Christina C. Dahm

Abdominal Obesity, Weight Gain during Adulthood and Risk of Liver and Biliary Tract Cancer in a European Cohort

Research output: Contribution to journal/Conference contribution in journal/Contribution to newspaperJournal articleResearchpeer-review

  • Sabrina Schlesinger
  • ,
  • Krasimira Aleksandrova
  • ,
  • Tobias Pischon
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  • Veronika Fedirko
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  • Mazda Jenab
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  • Elisabeth Trepo
  • ,
  • Paolo Boffetta
  • ,
  • Christina C Dahm
  • Kim Overvad
  • Anne Tjønneland
  • ,
  • Jytte Halkjaer
  • ,
  • Guy Fagherazzi
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  • Marie-Christine Boutron-Ruault
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  • Franck Carbonnel
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  • Rudolf Kaaks
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  • Annekatrin Lukanova
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  • Heiner Boeing
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  • Antonia Trichopoulou
  • ,
  • Christina Bamia
  • ,
  • Pagona Lagiou
  • ,
  • Domenico Palli
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  • Sara Grioni
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  • Salvatore Panico
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  • Rosario Tumino
  • ,
  • Paolo Vineis
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  • H Bas Bueno-de-Mesquita
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  • Saskia van den Berg
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  • Petra H M Peeters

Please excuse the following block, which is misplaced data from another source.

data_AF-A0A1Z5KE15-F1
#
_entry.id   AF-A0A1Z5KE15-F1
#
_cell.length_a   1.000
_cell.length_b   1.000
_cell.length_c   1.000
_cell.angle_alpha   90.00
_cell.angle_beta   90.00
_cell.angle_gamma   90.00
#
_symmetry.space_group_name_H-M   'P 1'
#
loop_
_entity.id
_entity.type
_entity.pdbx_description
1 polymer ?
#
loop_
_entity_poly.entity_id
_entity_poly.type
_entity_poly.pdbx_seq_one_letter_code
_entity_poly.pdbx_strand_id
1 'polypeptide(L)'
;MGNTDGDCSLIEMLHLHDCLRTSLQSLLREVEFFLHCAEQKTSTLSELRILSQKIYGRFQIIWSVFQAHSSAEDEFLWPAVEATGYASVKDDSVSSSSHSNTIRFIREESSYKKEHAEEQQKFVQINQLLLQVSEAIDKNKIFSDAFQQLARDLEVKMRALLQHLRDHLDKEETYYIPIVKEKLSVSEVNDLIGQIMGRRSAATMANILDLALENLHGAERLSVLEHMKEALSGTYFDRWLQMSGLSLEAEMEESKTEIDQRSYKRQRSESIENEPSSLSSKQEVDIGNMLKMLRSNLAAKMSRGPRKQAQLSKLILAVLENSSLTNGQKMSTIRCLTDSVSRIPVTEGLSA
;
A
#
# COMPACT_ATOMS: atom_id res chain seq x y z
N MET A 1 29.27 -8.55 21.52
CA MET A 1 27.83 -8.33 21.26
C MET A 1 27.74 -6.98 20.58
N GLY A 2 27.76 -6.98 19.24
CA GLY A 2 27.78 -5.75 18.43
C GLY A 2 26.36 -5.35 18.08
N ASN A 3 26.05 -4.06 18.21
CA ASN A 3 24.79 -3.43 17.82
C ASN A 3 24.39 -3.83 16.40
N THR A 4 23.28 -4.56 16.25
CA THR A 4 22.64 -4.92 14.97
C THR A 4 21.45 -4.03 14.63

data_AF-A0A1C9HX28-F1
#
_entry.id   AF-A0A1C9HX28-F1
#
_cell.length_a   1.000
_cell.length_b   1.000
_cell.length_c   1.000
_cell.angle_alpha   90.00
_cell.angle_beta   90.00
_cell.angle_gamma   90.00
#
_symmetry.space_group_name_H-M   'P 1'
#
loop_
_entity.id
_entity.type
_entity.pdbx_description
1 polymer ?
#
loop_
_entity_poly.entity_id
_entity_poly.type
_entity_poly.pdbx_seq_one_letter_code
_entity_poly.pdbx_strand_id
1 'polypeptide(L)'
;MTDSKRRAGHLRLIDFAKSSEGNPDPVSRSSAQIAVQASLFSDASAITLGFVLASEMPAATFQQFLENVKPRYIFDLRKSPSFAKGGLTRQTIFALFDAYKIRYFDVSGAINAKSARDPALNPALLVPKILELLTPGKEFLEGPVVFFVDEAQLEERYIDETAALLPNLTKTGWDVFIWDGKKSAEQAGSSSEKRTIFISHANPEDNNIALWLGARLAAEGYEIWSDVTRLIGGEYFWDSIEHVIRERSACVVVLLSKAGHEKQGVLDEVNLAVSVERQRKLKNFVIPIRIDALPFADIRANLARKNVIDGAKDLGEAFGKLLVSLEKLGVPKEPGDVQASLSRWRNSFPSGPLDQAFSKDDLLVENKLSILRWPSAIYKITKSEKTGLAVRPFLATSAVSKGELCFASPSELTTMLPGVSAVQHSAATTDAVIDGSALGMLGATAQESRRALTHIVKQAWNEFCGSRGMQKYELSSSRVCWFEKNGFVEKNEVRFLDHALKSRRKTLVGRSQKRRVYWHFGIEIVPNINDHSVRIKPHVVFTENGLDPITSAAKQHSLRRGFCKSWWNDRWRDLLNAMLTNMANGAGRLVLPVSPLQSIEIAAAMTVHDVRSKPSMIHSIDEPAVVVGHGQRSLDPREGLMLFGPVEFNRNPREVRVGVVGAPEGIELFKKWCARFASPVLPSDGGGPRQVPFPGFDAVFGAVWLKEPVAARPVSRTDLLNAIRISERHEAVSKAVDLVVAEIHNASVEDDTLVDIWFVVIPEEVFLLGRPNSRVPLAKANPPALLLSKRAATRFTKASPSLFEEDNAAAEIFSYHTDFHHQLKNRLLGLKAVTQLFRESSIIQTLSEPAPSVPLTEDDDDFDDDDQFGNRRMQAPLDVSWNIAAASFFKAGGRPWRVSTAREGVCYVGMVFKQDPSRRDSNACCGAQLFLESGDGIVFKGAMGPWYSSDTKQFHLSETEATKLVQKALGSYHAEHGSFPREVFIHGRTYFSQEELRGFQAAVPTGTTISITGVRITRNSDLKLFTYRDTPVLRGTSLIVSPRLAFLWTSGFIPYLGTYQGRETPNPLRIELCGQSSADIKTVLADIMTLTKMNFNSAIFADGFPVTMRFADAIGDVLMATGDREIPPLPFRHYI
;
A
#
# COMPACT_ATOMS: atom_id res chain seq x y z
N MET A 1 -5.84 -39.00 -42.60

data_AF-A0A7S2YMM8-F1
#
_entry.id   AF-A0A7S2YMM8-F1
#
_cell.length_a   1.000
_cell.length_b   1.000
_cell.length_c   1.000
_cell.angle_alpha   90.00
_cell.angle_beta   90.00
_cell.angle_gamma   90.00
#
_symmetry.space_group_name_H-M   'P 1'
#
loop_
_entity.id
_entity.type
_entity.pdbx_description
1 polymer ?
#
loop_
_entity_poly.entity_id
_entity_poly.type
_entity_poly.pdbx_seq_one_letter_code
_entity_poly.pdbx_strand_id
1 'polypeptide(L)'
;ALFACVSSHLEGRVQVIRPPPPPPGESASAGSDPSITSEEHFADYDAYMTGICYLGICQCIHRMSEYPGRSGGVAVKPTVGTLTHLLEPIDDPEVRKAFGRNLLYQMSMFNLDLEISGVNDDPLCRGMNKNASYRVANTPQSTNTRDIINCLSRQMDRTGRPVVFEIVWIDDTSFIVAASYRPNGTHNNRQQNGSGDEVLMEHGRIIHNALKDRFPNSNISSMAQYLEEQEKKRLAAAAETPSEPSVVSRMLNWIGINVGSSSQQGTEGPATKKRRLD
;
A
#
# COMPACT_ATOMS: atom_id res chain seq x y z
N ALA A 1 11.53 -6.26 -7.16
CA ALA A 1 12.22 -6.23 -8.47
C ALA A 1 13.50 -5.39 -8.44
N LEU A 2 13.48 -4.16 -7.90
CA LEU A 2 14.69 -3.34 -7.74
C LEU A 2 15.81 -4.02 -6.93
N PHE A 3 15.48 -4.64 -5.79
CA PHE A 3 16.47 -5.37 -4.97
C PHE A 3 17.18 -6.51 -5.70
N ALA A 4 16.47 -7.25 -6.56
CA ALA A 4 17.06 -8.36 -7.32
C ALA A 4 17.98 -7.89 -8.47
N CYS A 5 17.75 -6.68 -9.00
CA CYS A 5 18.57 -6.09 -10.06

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  • Tonje Braaten
  • ,
  • Elisabete Weiderpass
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  • J Ramón Quirós
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  • Noémie Travier
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  • María-José Sánchez
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  • Carmen Navarro
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  • Aurelio Barricarte
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  • Miren Dorronsoro
  • ,
  • Björn Lindkvist
  • ,
  • Sara Regner
  • ,
  • Mårten Werner
  • ,
  • Malin Sund
  • ,
  • Kay-Tee Khaw
  • ,
  • Nicholas Wareham
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  • Ruth C Travis
  • ,
  • Teresa Norat
  • ,
  • Petra A Wark
  • ,
  • Elio Riboli
  • ,
  • Ute Nöthlings
General obesity has been positively associated with risk of liver and probably with biliary tract cancer, but little is known about abdominal obesity or weight gain during adulthood. We used multivariable Cox proportional hazard models to investigate associations between weight, body mass index, waist and hip circumference, waist-to-hip and waist-to-height ratio (WHtR), weight change during adulthood and risk of hepatocellular carcinoma (HCC), intra- (IBDC) and extrahepatic bile duct system cancer (EBDSC including gallbladder cancer (GBC)) among 359,525 men and women in the EPIC-study. Hepatitis B and C virus status was measured in a nested case-control sub-set. During a mean follow-up of 8.6 years, 177 cases of HCC, 58 cases of IBDC and 210 cases of EBDSC, including 76 cases of GBC occurred. All anthropometric measures were positively associated with risk of HCC and GBC. WHtR showed the strongest association with HCC (relative risk (RR) comparing extreme tertiles 3.51, 95% confidence interval (CI): 2.09-5.87; P(trend)
Original languageEnglish
JournalInternational Journal of Cancer
Volume132
Issue3
Pages (from-to)645-57
Number of pages13
ISSN0020-7136
DOIs
Publication statusPublished - 1 Feb 2013

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